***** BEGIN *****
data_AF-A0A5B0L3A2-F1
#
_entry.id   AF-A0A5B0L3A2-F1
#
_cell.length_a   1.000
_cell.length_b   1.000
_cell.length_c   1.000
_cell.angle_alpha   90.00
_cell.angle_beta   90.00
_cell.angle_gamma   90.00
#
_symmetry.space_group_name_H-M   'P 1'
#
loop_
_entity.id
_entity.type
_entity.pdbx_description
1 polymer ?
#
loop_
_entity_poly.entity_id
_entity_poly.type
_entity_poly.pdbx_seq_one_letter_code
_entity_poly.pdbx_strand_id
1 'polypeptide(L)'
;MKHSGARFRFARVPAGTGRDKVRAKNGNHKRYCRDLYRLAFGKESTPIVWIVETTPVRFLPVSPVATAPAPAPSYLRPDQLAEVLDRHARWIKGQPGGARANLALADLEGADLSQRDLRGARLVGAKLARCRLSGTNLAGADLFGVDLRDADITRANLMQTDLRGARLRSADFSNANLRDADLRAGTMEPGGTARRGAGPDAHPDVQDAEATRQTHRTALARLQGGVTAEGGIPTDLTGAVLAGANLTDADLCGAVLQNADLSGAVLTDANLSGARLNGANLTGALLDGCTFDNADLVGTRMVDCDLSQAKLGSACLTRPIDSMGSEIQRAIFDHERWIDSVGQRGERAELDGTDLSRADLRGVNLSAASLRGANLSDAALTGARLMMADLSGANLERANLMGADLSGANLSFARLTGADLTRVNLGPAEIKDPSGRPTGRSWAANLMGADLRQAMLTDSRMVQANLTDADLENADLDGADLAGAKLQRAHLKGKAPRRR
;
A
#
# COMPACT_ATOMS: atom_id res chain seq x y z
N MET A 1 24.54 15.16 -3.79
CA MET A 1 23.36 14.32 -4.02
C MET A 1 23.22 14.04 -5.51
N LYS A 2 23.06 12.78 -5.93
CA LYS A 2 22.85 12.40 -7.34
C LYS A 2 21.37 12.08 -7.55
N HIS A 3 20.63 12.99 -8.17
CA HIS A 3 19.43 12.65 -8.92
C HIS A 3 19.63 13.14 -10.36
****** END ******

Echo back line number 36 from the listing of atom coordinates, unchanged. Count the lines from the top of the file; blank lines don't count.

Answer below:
C LYS A 2 21.37 12.08 -7.55